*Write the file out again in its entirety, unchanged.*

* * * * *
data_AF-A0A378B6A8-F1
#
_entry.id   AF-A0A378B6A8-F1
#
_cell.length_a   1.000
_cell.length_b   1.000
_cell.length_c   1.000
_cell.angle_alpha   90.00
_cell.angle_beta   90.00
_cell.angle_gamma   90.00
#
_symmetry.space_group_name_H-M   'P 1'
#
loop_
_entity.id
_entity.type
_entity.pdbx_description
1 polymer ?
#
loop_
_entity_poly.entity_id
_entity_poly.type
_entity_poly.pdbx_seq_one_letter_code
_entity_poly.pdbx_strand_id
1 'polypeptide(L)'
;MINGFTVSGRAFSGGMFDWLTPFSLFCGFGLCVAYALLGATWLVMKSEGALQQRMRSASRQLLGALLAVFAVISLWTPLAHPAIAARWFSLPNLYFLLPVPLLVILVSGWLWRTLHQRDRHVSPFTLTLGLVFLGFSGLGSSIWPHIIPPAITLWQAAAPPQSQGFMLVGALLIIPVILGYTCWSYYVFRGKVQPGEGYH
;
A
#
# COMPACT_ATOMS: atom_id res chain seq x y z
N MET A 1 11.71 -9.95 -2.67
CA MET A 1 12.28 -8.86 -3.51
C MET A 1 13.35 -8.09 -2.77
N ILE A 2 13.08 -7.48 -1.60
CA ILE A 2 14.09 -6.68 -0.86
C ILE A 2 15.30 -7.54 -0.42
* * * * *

data_AF-A0A378B6A8-F1
#
_entry.id   AF-A0A378B6A8-F1
#
_cell.length_a   1.000
_cell.length_b   1.000
_cell.length_c   1.000
_cell.angle_alpha   90.00
_cell.angle_beta   90.00
_cell.angle_gamma   90.00
#
_symmetry.space_group_name_H-M   'P 1'
#
loop_
_entity.id
_entity.type
_entity.pdbx_description
1 polymer ?
#
loop_
_entity_poly.entity_id
_entity_poly.type
_entity_poly.pdbx_seq_one_letter_code
_entity_poly.pdbx_strand_id
1 'polypeptide(L)'
;MINGFTVSGRAFSGGMFDWLTPFSLFCGFGLCVAYALLGATWLVMKSEGALQQRMRSASRQLLGALLAVFAVISLWTPLAHPAIAARWFSLPNLYFLLPVPLLVILVSGWLWRTLHQRDRHVSPFTLTLGLVFLGFSGLGSSIWPHIIPPAITLWQAAAPPQSQGFMLVGALLIIPVILGYTCWSYYVFRGKVQPGEGYH
;
A
#
# COMPACT_ATOMS: atom_id res chain seq x y z
N MET A 1 11.71 -9.95 -2.67
CA MET A 1 12.28 -8.86 -3.51
C MET A 1 13.35 -8.09 -2.77
N ILE A 2 13.08 -7.48 -1.60
CA ILE A 2 14.09 -6.68 -0.86
C ILE A 2 15.30 -7.54 -0.42